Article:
Douglas Goldstein: Are the values the same? The Talmud was literally written thousands of years ago. Does it really have anything to say about issues that affect us today?

Rabbi Shaya Karlinsky: Yes. I say that only through experience and having studied it with many businessmen. We go to these sources and over and over again, the businessmen are amazed at both the sophisticated understanding that the Talmud brings to business issues as well as its moral sensitivity.

Self-Driving Cars and the Issue of Ethics, Morality, and Investment

Douglas Goldstein: Rabbi, let’s talk about self-driving cars. The Google car or the Tesla car are good examples. Let’s say it’s driving on a bridge and a little girl crosses the street. Either the car is going to decide to jump off the bridge and save the pedestrian and therefore kill the driver or it’s going to go straight and kill the little girl. Let’s presume for our discussion, there is no other choice. It comes down to this. How can someone make an ethical decision about whether to buy such a car? Ultimately, we’re going to back it up, whether you should invest in a company that is making such a decision.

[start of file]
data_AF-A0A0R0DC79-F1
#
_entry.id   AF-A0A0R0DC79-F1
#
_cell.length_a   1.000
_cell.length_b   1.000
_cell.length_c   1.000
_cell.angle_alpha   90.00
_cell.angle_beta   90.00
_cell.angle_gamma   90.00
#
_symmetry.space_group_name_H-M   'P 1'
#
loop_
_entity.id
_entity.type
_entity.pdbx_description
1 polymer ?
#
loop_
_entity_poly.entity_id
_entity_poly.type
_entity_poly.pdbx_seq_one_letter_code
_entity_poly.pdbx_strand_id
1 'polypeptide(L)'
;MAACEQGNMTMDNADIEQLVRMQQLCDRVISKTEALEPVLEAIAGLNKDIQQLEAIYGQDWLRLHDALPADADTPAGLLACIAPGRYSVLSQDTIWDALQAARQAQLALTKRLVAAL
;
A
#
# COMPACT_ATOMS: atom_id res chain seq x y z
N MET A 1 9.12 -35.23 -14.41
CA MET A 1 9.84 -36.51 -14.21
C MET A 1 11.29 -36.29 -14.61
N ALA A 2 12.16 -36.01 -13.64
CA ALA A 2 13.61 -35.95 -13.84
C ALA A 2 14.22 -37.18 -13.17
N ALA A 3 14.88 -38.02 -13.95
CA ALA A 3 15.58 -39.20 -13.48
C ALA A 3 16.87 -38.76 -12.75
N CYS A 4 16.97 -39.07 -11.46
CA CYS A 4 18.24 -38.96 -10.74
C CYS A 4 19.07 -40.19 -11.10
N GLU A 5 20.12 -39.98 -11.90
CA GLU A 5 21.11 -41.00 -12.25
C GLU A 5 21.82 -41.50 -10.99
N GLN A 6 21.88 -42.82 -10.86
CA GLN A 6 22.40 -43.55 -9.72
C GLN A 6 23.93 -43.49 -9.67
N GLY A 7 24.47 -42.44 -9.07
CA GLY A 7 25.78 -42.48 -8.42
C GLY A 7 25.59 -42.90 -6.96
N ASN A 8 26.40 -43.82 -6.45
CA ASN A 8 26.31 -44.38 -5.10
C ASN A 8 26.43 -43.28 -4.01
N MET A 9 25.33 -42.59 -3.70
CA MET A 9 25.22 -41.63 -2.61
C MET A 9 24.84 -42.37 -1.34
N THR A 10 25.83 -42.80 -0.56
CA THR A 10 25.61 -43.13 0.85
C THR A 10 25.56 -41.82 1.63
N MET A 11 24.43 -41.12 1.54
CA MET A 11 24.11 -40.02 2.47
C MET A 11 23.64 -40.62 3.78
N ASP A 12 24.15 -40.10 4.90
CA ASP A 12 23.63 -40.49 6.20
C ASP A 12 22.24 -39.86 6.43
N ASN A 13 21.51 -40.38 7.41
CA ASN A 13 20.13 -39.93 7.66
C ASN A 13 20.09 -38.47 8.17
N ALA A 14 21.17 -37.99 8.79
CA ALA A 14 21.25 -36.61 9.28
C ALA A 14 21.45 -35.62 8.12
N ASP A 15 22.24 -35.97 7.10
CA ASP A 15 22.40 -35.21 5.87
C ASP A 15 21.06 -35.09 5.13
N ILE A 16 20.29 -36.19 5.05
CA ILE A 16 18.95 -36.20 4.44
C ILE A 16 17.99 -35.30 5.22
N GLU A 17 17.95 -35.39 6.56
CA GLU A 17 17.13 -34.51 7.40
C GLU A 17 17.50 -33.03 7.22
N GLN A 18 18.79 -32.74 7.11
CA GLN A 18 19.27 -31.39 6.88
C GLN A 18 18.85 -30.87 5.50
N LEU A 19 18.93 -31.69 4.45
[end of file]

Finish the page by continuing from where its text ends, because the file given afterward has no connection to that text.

Rabbi Shaya Karlinsky: This is a question that is being asked much too far down the food chain. In other words, when we want to talk about what decision should be programmed for the car to make, we have to ask what decision a human driver would make. We have to work from there, otherwise you have no frame of reference and it becomes very arbitrary, very emotional.

In that situation, Jewish law and ethics bring to the table a very fundamental principle. When a person’s life is in danger, should he choose his life or the other person’s? The Jewish law is clear that one’s own life takes precedence. On the other hand, if one has to save one’s life by committing murder, then that is a crime that one must forgo one’s life for. There’s a difference between committing murder, which is a sin, a capital crime. You must give up your life rather than commit murder.

A driver who is confronted with that situation is allowed to make the decision to save their life at the expense of the pedestrian. That is exacerbated if the pedestrian is behaving illegally. If we accept that as the frame of reference now, the car can be programmed. It is legitimate to program the car to save the driver’s life. That is the basic approach.